Spill preparedness & response

Preventing spills is always our first goal, but despite our efforts, spills still happen. The goal of our spill preparedness work is to reduce environmental impacts of spills. We require oil handlers in Washington to be ready for a rapid, aggressive, and well-coordinated response to spills. We also require those responsible for spills to compensate the state for spill damages by restoring natural resources.

Preparing for spills

We have an effective regulatory program that requires oil handlers to be prepared to respond if they have an oil spill. Preparing for oil spills reduces harm to people, the environment, the economy, and helps protect cultural and historical resources from damages.

We require oil-handling facilities, pipelines, railroads, and vessels to have oil spill contingency plans. We also require contingency plan holders to hold oil spill drills to practice using their plans. We develop locally tailored geographic response plans for areas around the state to protect sensitive local resources.


We require contingency plan holders to practice their plans with oil spill drills. Sometimes these drills are tabletop exercises, where coordination of personnel and information is the focus. Other drills require the deployment of equipment to ensure equipment is functional and staff know how to use it.

Learn more about how our state prepares for oil spills

Responding to spills

We are committed to rapid, aggressive, and well-coordinated responses. We respond 24 hours a day, seven days a week to spills that pose an immediate threat to public health and the environment. We strive to minimize spill impacts and also to provide timely information about current incidents. We also work to restore publicly owned resources injured as a result of spills.

We respond to incidents involving oil and hazardous materials that may harm Washington’s environment, public health, safety, and economy. We are designated as the State-On-Scene Coordinator for oil spills that get into Washington's water. Our response teams are based in Bellingham, Bellevue, Olympia, Vancouver, Union Gap, and Spokane.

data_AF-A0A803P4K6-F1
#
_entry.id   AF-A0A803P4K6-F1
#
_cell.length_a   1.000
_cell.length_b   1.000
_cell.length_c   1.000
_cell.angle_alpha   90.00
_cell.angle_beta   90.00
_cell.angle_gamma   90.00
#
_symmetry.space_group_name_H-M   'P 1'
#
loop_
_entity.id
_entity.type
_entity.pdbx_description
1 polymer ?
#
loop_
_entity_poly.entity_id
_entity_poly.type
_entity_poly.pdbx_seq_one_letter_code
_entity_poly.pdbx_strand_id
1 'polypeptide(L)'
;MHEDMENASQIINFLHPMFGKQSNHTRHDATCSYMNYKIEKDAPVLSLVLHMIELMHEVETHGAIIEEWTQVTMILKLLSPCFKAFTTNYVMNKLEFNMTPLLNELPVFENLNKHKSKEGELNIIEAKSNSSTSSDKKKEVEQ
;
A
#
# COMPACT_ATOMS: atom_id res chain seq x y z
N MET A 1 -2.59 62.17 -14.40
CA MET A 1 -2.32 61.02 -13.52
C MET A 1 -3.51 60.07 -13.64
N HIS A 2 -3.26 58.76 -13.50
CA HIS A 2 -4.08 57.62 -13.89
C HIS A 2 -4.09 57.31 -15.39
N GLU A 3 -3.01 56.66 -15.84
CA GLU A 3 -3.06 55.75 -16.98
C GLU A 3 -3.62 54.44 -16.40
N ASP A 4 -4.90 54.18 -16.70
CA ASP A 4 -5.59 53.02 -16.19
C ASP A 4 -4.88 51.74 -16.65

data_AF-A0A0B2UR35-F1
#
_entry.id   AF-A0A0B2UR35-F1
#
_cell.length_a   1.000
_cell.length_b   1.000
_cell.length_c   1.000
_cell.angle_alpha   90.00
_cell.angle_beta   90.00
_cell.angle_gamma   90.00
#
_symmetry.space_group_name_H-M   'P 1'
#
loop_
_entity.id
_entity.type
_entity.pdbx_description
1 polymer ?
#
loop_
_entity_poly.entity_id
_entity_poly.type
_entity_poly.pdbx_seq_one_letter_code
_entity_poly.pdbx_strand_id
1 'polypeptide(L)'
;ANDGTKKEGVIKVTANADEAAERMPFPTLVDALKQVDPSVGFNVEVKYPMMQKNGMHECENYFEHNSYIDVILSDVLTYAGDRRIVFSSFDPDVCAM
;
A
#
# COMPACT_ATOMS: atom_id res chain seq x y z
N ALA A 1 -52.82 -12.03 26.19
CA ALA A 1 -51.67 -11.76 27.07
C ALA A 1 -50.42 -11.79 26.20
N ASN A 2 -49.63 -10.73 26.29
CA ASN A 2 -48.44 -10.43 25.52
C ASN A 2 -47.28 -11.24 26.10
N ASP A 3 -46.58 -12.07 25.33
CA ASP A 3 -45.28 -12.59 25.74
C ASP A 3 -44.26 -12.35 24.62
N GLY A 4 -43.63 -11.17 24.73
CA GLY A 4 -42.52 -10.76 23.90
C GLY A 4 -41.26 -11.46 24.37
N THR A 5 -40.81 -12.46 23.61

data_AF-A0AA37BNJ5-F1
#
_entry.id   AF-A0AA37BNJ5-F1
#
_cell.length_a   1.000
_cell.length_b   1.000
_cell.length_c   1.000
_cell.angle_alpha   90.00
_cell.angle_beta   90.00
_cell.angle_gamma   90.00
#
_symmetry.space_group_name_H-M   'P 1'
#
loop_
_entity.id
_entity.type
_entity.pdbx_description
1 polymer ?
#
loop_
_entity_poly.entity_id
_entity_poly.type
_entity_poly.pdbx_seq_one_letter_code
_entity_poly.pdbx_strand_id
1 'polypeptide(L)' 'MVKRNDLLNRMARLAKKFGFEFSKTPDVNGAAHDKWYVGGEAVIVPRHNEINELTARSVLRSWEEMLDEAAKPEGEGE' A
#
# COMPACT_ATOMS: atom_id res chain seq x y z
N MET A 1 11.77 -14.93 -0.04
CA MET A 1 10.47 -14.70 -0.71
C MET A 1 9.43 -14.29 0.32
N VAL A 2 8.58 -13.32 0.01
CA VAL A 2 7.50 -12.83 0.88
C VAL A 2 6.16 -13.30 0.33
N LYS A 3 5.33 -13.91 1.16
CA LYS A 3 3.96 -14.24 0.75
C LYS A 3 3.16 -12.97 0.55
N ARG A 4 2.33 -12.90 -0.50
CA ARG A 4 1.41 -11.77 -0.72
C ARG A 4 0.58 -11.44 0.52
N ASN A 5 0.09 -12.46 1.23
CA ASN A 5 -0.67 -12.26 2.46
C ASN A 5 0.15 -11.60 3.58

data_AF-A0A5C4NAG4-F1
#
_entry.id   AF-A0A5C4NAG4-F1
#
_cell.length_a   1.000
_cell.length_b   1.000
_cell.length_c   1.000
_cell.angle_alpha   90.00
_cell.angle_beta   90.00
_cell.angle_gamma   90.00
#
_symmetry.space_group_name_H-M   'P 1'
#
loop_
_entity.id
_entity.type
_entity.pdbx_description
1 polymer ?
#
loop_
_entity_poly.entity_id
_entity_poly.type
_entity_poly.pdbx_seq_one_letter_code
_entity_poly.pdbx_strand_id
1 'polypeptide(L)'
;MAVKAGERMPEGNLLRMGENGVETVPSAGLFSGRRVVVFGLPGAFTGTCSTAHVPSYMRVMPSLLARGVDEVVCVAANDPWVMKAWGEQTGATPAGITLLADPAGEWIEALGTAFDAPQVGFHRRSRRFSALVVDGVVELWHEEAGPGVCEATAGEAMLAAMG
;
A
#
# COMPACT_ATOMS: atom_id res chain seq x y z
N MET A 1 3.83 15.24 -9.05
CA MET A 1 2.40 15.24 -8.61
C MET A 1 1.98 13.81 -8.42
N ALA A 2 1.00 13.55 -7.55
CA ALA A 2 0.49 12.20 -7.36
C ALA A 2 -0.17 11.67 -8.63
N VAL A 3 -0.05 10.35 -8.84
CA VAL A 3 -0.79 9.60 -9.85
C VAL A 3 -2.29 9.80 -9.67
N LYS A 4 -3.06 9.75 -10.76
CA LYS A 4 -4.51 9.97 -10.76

We have equipment staged around the state to make spill response faster. When responding to a spill, our goals are to protect human safety and minimize damage to the environment. To achieve these goals, we work closely with other agencies, tribes, and responsible parties.

Learn more about how we respond to spills

Restoring resources after spills

Anyone responsible for spilling oil into state waters is liable for damages resulting from injuries to publicly owned natural, cultural and historic, and economic resources. We have a process for determining damages and restoring resources in partnership with other federal, state and local agencies, and tribes.

We have a Resource Damage Assessment committee that meets to determine damages from spills. Those responsible for spills can directly fund restoration projects, or they can deposit money into the Coastal Protection Fund. This fund awards grants to natural resource restoration projects.


Money collected from damage assessments is deposited into the Coastal Protection Fund, which is used to pay for restoration projects. Funds may also be allocated for research and development in the causes, effects, and removal of pollution caused by the discharge of oil.

Learn more about natural resource damage assessment and restoration